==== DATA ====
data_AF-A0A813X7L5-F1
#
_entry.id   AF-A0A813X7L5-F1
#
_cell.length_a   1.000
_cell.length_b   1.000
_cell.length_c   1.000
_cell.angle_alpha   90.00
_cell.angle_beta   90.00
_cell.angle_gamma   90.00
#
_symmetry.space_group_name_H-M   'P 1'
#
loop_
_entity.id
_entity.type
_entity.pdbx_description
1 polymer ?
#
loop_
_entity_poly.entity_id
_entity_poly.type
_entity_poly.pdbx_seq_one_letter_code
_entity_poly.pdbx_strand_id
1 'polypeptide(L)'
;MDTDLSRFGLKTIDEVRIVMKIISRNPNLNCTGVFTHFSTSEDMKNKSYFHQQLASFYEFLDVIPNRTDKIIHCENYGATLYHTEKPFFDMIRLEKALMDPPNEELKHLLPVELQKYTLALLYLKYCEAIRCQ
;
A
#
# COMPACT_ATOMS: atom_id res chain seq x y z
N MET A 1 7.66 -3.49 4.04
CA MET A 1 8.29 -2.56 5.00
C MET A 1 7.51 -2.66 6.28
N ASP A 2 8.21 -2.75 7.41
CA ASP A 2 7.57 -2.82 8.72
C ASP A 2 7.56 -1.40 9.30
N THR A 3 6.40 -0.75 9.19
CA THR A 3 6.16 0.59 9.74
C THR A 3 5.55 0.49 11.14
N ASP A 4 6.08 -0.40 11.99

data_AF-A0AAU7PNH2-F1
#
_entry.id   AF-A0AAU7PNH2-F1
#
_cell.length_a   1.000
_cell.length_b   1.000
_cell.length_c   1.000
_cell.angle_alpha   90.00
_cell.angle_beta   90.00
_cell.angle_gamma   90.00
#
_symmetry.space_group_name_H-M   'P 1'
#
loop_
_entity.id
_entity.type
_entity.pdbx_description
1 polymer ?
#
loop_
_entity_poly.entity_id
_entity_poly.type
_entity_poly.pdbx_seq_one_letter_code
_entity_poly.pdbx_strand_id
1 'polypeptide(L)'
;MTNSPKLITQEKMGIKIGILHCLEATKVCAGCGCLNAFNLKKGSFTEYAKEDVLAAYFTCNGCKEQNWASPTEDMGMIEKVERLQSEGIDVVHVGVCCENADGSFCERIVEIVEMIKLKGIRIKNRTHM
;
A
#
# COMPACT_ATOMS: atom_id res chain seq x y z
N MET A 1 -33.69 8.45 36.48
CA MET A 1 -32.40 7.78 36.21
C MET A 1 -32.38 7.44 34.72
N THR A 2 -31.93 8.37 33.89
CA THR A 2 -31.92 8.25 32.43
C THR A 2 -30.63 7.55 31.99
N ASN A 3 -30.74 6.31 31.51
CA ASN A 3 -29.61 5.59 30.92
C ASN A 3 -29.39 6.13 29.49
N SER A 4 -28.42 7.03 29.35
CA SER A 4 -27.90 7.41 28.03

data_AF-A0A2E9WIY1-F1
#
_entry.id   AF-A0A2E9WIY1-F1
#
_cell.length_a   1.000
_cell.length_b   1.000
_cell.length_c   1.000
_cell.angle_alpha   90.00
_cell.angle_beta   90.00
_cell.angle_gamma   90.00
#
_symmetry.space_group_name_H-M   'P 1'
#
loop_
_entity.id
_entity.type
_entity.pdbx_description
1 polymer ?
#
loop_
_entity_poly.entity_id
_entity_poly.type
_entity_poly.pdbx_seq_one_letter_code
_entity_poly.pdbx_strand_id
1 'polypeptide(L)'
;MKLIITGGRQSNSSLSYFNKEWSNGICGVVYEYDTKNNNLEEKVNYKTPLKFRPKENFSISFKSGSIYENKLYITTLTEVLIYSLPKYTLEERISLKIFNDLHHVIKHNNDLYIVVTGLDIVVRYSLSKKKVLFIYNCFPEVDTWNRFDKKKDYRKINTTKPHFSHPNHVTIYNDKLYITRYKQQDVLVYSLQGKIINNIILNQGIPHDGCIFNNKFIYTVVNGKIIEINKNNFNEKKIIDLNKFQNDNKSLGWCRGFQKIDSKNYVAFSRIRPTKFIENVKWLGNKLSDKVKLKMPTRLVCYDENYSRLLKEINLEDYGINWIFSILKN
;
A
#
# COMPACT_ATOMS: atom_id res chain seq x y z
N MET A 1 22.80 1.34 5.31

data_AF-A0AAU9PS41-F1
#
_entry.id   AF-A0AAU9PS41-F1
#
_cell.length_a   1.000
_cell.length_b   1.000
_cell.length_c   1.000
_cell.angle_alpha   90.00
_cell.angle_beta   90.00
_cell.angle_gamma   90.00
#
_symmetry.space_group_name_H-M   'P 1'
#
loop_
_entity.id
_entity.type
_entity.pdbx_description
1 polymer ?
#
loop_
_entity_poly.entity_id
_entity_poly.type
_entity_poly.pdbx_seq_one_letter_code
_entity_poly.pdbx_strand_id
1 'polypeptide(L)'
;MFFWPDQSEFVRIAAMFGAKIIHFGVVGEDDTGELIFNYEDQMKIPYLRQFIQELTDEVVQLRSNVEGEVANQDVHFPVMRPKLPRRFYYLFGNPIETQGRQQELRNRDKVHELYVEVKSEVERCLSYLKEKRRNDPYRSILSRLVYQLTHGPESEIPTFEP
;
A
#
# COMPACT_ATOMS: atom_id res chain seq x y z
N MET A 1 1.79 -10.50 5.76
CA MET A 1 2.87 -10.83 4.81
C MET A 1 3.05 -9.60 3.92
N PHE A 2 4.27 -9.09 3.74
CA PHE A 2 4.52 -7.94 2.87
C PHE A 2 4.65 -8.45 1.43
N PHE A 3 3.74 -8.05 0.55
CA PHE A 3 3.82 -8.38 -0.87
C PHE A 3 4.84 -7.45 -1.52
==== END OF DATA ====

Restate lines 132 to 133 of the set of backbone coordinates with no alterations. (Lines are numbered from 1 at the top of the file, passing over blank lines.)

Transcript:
loop_
_entity_poly.entity_id